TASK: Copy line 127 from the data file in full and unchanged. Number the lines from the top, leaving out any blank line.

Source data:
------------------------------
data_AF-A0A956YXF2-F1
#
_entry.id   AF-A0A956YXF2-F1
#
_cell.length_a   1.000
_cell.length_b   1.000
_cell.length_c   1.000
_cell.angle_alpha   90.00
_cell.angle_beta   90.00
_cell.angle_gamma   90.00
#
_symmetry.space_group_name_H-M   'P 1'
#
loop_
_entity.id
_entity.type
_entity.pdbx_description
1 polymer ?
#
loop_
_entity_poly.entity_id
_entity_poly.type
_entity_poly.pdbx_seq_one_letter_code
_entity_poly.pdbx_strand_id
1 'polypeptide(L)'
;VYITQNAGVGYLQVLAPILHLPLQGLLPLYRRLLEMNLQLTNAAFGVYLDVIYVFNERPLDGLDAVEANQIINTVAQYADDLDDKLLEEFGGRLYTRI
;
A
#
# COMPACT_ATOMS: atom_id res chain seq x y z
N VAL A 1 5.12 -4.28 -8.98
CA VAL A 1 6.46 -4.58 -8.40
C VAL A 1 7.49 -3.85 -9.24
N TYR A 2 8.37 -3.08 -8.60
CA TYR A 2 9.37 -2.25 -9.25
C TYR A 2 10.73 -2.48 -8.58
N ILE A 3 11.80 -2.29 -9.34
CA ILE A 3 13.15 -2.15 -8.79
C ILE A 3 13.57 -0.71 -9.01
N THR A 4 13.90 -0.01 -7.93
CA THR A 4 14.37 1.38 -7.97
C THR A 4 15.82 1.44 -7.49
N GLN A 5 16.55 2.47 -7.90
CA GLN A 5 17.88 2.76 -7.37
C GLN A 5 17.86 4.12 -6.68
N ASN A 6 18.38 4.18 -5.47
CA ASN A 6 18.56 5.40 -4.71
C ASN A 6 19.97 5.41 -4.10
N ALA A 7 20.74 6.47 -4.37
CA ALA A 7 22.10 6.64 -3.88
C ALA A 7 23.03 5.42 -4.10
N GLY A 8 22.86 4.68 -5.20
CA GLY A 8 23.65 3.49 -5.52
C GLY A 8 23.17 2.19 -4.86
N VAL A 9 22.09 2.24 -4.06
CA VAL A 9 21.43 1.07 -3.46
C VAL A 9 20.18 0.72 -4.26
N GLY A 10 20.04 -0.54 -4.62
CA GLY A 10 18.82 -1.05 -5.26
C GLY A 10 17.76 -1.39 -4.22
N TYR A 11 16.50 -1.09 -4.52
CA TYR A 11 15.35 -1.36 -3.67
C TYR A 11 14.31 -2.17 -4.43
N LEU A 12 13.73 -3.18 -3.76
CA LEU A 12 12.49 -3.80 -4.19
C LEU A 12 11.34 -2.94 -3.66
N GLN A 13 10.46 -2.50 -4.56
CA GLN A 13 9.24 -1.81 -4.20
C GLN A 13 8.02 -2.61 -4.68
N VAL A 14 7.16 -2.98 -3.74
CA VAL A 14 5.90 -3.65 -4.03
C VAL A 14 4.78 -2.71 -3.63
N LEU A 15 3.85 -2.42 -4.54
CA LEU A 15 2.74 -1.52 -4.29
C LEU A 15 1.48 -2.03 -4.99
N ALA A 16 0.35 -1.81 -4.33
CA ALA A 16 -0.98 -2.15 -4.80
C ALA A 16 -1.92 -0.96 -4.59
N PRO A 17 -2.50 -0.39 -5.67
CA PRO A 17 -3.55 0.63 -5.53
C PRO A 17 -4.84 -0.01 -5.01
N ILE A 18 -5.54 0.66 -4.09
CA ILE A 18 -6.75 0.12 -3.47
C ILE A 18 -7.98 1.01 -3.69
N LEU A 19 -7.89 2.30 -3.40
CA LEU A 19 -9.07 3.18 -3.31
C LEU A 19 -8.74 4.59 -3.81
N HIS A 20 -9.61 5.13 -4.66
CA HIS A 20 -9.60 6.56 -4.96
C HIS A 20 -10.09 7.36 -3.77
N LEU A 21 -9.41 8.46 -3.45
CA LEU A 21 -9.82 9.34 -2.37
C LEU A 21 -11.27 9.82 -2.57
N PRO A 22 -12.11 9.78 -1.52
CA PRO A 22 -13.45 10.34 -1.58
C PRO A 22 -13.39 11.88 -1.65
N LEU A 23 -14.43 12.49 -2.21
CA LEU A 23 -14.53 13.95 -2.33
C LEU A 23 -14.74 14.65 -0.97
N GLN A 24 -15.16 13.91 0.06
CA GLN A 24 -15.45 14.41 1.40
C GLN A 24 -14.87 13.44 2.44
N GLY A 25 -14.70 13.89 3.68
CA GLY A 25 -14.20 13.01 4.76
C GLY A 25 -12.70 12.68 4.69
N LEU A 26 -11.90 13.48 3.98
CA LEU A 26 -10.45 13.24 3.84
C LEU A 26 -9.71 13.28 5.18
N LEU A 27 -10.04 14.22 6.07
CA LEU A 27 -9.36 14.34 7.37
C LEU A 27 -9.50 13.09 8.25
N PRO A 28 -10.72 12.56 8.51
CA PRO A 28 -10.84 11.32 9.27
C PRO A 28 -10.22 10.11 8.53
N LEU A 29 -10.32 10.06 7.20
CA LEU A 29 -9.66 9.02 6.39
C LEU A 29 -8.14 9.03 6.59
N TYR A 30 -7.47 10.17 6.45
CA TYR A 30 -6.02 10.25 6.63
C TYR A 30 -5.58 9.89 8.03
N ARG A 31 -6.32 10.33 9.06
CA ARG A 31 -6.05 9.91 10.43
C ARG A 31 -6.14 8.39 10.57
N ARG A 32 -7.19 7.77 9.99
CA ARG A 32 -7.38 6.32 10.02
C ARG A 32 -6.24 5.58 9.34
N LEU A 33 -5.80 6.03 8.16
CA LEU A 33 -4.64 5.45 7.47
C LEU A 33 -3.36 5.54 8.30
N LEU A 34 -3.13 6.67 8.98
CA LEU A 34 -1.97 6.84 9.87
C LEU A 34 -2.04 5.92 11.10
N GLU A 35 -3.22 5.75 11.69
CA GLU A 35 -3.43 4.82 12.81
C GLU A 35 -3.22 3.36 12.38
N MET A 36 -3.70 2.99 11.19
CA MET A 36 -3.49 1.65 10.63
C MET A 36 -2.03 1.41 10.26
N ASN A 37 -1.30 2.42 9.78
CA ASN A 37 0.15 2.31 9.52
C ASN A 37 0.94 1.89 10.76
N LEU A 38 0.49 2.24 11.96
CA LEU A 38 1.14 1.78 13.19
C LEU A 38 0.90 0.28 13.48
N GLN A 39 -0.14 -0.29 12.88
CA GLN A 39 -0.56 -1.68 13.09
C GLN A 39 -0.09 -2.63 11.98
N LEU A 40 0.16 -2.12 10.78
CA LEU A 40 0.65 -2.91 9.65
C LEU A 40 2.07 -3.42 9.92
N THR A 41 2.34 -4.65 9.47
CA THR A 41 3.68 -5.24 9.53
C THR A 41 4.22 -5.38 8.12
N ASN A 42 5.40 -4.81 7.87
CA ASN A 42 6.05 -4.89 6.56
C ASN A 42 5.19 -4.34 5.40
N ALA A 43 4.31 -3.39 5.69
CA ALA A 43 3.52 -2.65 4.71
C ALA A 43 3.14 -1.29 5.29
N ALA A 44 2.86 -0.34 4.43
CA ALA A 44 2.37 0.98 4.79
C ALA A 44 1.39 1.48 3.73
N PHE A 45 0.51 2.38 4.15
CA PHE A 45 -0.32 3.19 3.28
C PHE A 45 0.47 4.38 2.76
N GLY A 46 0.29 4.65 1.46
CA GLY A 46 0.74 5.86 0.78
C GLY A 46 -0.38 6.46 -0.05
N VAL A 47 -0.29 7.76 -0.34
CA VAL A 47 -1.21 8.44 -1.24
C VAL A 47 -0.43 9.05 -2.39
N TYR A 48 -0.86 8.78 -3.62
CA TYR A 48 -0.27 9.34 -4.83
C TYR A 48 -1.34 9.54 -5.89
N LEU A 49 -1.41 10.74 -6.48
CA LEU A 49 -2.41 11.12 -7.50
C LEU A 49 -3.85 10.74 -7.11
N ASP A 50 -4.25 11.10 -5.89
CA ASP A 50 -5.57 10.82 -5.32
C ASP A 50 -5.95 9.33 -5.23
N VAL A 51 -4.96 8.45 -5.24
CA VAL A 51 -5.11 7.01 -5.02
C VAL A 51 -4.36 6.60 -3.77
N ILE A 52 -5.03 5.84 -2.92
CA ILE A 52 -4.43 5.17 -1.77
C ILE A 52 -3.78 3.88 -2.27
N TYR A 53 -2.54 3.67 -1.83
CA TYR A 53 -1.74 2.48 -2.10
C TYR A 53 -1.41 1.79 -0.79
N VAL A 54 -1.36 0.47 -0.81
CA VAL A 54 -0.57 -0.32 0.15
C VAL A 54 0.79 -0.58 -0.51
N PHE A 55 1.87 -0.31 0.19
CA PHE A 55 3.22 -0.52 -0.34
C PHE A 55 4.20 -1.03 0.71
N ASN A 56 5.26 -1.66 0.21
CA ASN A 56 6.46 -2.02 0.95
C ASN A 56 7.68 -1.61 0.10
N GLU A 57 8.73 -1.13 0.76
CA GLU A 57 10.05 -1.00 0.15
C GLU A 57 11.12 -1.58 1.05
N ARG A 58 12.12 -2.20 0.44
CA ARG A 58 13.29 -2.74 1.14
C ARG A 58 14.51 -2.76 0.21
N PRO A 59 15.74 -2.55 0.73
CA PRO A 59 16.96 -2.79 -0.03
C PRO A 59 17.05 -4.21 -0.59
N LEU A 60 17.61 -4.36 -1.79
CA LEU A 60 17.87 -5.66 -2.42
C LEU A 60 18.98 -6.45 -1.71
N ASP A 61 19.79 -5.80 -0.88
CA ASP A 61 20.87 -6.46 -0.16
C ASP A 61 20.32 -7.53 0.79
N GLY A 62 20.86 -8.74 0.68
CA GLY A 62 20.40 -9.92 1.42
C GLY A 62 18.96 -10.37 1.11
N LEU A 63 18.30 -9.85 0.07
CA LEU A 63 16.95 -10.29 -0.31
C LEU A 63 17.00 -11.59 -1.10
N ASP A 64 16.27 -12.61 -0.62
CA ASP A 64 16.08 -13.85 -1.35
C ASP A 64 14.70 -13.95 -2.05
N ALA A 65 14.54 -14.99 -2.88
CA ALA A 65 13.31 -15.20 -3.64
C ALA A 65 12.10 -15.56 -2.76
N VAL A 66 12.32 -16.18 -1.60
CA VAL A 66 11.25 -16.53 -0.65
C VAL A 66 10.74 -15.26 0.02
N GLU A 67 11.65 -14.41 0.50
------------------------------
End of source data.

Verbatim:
N LEU A 33 -5.80 6.03 8.16